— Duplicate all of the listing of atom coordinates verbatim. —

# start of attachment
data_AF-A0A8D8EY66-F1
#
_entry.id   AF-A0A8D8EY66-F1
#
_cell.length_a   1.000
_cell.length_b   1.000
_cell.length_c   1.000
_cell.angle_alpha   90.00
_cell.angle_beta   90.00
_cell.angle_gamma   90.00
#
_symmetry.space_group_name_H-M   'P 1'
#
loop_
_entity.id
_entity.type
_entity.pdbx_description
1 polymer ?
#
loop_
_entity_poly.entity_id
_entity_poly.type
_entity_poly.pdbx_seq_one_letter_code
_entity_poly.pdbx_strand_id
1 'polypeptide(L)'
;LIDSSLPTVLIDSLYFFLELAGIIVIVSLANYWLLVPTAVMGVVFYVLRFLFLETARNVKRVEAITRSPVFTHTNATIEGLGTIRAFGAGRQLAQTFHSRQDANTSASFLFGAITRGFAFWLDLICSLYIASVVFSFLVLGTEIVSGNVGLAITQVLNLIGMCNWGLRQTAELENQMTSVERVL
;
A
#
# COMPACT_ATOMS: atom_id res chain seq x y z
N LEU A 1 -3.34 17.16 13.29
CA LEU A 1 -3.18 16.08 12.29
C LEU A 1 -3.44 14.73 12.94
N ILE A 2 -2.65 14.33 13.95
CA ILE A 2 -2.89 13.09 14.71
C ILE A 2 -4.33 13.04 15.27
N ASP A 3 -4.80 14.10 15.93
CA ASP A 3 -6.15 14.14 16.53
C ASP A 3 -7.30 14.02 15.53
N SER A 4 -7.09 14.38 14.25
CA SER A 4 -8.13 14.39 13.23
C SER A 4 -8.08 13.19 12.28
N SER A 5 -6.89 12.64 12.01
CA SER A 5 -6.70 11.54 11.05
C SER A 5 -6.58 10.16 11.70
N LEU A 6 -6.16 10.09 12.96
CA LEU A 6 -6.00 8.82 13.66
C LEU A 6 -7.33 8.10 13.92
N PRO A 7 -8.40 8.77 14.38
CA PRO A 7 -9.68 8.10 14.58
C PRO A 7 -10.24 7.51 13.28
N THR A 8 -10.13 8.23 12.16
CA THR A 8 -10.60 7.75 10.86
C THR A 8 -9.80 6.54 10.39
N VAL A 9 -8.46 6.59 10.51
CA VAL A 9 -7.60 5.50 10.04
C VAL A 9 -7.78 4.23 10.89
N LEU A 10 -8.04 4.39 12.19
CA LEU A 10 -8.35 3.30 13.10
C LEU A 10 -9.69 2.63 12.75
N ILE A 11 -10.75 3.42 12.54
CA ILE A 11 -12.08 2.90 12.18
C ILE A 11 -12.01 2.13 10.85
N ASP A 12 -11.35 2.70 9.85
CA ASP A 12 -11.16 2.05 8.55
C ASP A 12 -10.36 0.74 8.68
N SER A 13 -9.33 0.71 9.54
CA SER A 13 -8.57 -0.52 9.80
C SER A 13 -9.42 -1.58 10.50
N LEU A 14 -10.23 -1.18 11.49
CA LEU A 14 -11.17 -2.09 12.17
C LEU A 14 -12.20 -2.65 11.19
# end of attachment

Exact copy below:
data_AF-A0A8D8EY66-F1
#
_entry.id   AF-A0A8D8EY66-F1
#
_cell.length_a   1.000
_cell.length_b   1.000
_cell.length_c   1.000
_cell.angle_alpha   90.00
_cell.angle_beta   90.00
_cell.angle_gamma   90.00
#
_symmetry.space_group_name_H-M   'P 1'
#
loop_
_entity.id
_entity.type
_entity.pdbx_description
1 polymer ?
#
loop_
_entity_poly.entity_id
_entity_poly.type
_entity_poly.pdbx_seq_one_letter_code
_entity_poly.pdbx_strand_id
1 'polypeptide(L)'
;LIDSSLPTVLIDSLYFFLELAGIIVIVSLANYWLLVPTAVMGVVFYVLRFLFLETARNVKRVEAITRSPVFTHTNATIEGLGTIRAFGAGRQLAQTFHSRQDANTSASFLFGAITRGFAFWLDLICSLYIASVVFSFLVLGTEIVSGNVGLAITQVLNLIGMCNWGLRQTAELENQMTSVERVL
;
A
#
# COMPACT_ATOMS: atom_id res chain seq x y z
N LEU A 1 -3.34 17.16 13.29
CA LEU A 1 -3.18 16.08 12.29
C LEU A 1 -3.44 14.73 12.94
N ILE A 2 -2.65 14.33 13.95
CA ILE A 2 -2.89 13.09 14.71
C ILE A 2 -4.33 13.04 15.27
N ASP A 3 -4.80 14.10 15.93
CA ASP A 3 -6.15 14.14 16.53
C ASP A 3 -7.30 14.02 15.53
N SER A 4 -7.09 14.38 14.25
CA SER A 4 -8.13 14.39 13.23
C SER A 4 -8.08 13.19 12.28
N SER A 5 -6.89 12.64 12.01
CA SER A 5 -6.70 11.54 11.05
C SER A 5 -6.58 10.16 11.70
N LEU A 6 -6.16 10.09 12.96
CA LEU A 6 -6.00 8.82 13.66
C LEU A 6 -7.33 8.10 13.92
N PRO A 7 -8.40 8.77 14.38
CA PRO A 7 -9.68 8.10 14.58
C PRO A 7 -10.24 7.51 13.28
N THR A 8 -10.13 8.23 12.16
CA THR A 8 -10.60 7.75 10.86
C THR A 8 -9.80 6.54 10.39
N VAL A 9 -8.46 6.59 10.51
CA VAL A 9 -7.60 5.50 10.04
C VAL A 9 -7.78 4.23 10.89
N LEU A 10 -8.04 4.39 12.19
CA LEU A 10 -8.35 3.30 13.10
C LEU A 10 -9.69 2.63 12.75
N ILE A 11 -10.75 3.42 12.54
CA ILE A 11 -12.08 2.90 12.18
C ILE A 11 -12.01 2.13 10.85
N ASP A 12 -11.35 2.70 9.85
CA ASP A 12 -11.16 2.05 8.55
C ASP A 12 -10.36 0.74 8.68
N SER A 13 -9.33 0.71 9.54
CA SER A 13 -8.57 -0.52 9.80
C SER A 13 -9.42 -1.58 10.50
N LEU A 14 -10.23 -1.18 11.49
CA LEU A 14 -11.17 -2.09 12.17
C LEU A 14 -12.20 -2.65 11.19